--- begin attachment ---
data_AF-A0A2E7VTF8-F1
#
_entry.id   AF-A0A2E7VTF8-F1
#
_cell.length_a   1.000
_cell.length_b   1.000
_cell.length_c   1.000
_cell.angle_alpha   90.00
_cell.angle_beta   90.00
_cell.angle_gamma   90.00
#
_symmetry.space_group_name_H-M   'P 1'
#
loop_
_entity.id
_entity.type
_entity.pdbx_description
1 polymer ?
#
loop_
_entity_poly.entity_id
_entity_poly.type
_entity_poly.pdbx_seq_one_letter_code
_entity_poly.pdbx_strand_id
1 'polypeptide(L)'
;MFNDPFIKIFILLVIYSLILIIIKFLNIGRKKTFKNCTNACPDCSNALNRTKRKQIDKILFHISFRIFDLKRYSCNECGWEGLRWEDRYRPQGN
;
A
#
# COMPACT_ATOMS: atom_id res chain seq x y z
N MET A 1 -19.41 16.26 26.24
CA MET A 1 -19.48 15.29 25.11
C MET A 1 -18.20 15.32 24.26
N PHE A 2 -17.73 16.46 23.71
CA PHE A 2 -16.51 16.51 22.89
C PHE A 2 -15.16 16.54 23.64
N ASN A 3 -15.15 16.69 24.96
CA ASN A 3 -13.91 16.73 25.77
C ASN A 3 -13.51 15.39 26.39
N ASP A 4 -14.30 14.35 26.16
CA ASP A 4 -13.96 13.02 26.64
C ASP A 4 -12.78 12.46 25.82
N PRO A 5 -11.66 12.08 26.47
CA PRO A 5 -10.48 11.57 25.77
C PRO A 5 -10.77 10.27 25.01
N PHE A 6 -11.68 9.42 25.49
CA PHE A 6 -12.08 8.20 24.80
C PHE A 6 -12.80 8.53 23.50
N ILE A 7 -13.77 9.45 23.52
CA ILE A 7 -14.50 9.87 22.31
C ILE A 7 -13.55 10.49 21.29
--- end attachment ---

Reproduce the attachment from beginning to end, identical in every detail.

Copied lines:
data_AF-A0A2E7VTF8-F1
#
_entry.id   AF-A0A2E7VTF8-F1
#
_cell.length_a   1.000
_cell.length_b   1.000
_cell.length_c   1.000
_cell.angle_alpha   90.00
_cell.angle_beta   90.00
_cell.angle_gamma   90.00
#
_symmetry.space_group_name_H-M   'P 1'
#
loop_
_entity.id
_entity.type
_entity.pdbx_description
1 polymer ?
#
loop_
_entity_poly.entity_id
_entity_poly.type
_entity_poly.pdbx_seq_one_letter_code
_entity_poly.pdbx_strand_id
1 'polypeptide(L)'
;MFNDPFIKIFILLVIYSLILIIIKFLNIGRKKTFKNCTNACPDCSNALNRTKRKQIDKILFHISFRIFDLKRYSCNECGWEGLRWEDRYRPQGN
;
A
#
# COMPACT_ATOMS: atom_id res chain seq x y z
N MET A 1 -19.41 16.26 26.24
CA MET A 1 -19.48 15.29 25.11
C MET A 1 -18.20 15.32 24.26
N PHE A 2 -17.73 16.46 23.71
CA PHE A 2 -16.51 16.51 22.89
C PHE A 2 -15.16 16.54 23.64
N ASN A 3 -15.15 16.69 24.96
CA ASN A 3 -13.91 16.73 25.77
C ASN A 3 -13.51 15.39 26.39
N ASP A 4 -14.30 14.35 26.16
CA ASP A 4 -13.96 13.02 26.64
C ASP A 4 -12.78 12.46 25.82
N PRO A 5 -11.66 12.08 26.47
CA PRO A 5 -10.48 11.57 25.77
C PRO A 5 -10.77 10.27 25.01
N PHE A 6 -11.68 9.42 25.49
CA PHE A 6 -12.08 8.20 24.80
C PHE A 6 -12.80 8.53 23.50
N ILE A 7 -13.77 9.45 23.52
CA ILE A 7 -14.50 9.87 22.31
C ILE A 7 -13.55 10.49 21.29